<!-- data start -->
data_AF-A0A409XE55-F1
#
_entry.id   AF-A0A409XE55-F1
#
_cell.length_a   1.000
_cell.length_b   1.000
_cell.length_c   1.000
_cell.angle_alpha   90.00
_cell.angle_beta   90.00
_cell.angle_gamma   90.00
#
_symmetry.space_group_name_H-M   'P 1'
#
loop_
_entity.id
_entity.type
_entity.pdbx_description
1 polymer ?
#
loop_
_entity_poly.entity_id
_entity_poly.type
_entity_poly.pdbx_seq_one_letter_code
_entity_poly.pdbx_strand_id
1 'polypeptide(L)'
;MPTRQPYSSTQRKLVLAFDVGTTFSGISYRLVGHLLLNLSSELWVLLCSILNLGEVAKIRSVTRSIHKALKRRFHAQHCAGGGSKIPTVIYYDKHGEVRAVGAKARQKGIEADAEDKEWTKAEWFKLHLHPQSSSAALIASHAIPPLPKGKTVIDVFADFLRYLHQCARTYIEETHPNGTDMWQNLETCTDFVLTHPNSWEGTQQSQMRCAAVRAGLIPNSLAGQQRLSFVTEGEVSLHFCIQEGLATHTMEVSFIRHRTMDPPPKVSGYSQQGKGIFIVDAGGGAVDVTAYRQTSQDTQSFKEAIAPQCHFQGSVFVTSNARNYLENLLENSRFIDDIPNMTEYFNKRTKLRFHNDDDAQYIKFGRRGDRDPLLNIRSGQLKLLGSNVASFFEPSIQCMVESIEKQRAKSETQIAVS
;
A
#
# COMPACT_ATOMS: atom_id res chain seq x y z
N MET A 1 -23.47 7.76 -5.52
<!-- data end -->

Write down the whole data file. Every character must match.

data_AF-A0A409XE55-F1
#
_entry.id   AF-A0A409XE55-F1
#
_cell.length_a   1.000
_cell.length_b   1.000
_cell.length_c   1.000
_cell.angle_alpha   90.00
_cell.angle_beta   90.00
_cell.angle_gamma   90.00
#
_symmetry.space_group_name_H-M   'P 1'
#
loop_
_entity.id
_entity.type
_entity.pdbx_description
1 polymer ?
#
loop_
_entity_poly.entity_id
_entity_poly.type
_entity_poly.pdbx_seq_one_letter_code
_entity_poly.pdbx_strand_id
1 'polypeptide(L)'
;MPTRQPYSSTQRKLVLAFDVGTTFSGISYRLVGHLLLNLSSELWVLLCSILNLGEVAKIRSVTRSIHKALKRRFHAQHCAGGGSKIPTVIYYDKHGEVRAVGAKARQKGIEADAEDKEWTKAEWFKLHLHPQSSSAALIASHAIPPLPKGKTVIDVFADFLRYLHQCARTYIEETHPNGTDMWQNLETCTDFVLTHPNSWEGTQQSQMRCAAVRAGLIPNSLAGQQRLSFVTEGEVSLHFCIQEGLATHTMEVSFIRHRTMDPPPKVSGYSQQGKGIFIVDAGGGAVDVTAYRQTSQDTQSFKEAIAPQCHFQGSVFVTSNARNYLENLLENSRFIDDIPNMTEYFNKRTKLRFHNDDDAQYIKFGRRGDRDPLLNIRSGQLKLLGSNVASFFEPSIQCMVESIEKQRAKSETQIAVS
;
A
#
# COMPACT_ATOMS: atom_id res chain seq x y z
N MET A 1 -23.47 7.76 -5.52